Beck and Raney say no resources are spent just to hunt down recreational pot smokers. "It's not a drain at all," Raney said. When officers find marijuana, though, they file charges to uphold the law.
This approach has led to racial disparities, with blacks and Latinos much more likely to be arrested for possession than whites. Proponents of Proposition 19 have highlighted this to appeal to minorities, winning endorsements from associations representing black and Latino officers.
Law enforcement officials say few Californians are in prison for marijuana crimes, but McNamara said incarceration is "brutal and it's vicious, and it can destroy your kid's chance to have a decent life."
McNamara believes that ending prohibition could eliminate the underground market. "Not only does the black market create a lot of violence," he said, "but it also creates a drug culture and a crime culture in a lot of neighborhoods."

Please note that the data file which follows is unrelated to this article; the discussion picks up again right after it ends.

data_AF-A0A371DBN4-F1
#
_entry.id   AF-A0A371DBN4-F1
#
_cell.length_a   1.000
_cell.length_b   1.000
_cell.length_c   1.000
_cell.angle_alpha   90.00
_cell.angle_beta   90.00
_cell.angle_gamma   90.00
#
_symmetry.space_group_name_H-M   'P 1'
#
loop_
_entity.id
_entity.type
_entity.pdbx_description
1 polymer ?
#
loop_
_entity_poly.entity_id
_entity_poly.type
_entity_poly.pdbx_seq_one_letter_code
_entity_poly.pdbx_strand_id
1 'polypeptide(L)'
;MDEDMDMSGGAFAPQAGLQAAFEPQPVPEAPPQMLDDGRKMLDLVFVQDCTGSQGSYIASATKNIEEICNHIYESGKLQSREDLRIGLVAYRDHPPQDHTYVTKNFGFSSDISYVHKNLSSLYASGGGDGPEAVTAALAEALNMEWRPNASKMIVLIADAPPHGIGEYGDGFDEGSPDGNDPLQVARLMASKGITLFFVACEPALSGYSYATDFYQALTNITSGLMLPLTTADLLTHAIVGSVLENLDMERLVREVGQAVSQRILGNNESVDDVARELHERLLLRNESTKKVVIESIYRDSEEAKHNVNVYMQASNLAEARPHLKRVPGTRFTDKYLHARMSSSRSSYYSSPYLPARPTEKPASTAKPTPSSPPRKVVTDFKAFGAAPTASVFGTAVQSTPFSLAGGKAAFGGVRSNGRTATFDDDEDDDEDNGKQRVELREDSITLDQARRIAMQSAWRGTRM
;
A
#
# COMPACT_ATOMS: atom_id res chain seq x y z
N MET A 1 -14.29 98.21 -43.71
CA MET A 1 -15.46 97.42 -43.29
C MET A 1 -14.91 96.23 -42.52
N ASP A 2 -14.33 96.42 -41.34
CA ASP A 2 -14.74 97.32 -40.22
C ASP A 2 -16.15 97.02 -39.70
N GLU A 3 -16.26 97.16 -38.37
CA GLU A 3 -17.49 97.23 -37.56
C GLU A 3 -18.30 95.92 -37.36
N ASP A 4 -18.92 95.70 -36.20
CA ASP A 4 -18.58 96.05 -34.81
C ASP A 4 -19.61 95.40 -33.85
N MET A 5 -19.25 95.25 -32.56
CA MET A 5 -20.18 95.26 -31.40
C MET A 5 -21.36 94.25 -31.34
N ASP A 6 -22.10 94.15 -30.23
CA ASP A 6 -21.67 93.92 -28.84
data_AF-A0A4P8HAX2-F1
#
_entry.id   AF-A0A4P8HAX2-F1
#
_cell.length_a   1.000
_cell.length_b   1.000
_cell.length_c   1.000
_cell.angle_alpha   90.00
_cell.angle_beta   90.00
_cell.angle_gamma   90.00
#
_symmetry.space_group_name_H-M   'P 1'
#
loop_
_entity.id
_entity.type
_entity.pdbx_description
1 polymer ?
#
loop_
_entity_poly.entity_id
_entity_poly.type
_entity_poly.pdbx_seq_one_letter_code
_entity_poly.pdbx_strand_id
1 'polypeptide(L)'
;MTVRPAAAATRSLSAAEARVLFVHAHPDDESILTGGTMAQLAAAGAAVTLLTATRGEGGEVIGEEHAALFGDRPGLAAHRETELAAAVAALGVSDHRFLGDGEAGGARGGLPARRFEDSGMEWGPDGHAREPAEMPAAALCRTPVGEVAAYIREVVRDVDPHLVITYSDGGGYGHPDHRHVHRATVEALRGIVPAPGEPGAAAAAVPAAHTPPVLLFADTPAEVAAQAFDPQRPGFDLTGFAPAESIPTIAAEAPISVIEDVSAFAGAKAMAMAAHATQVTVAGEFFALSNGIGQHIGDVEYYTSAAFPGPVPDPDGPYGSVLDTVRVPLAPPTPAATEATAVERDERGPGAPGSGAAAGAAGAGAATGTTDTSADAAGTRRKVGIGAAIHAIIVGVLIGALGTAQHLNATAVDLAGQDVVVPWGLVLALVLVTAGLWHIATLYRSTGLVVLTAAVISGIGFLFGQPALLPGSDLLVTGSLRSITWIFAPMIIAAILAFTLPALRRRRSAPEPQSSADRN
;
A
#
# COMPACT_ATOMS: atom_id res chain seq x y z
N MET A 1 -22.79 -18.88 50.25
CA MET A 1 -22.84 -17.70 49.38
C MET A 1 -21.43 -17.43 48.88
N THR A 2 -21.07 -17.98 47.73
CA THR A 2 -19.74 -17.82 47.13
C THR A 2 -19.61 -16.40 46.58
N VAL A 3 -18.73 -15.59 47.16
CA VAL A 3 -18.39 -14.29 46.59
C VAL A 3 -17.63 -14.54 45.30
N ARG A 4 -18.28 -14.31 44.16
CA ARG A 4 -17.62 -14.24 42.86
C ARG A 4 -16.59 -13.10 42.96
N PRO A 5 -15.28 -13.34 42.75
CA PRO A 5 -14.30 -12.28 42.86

Beck said he's not convinced that the price would drop enough to wipe out the black market, noting that medical marijuana, easily available in Los Angeles, sells at higher prices than street weed.
Raney warned that the initiative would lead to more drugged drivers on the road. But McNamara said anyone who wants to smoke pot in California is probably already smoking it.
Although Beck sees many downsides to the initiative, he also finds flaws in arguments made by law enforcement. He dismissed complaints that the measure fails to include a standard for drugged driving. He noted that there is no such standard now but that police officers enforce the law. "There's other ways to do it," he said.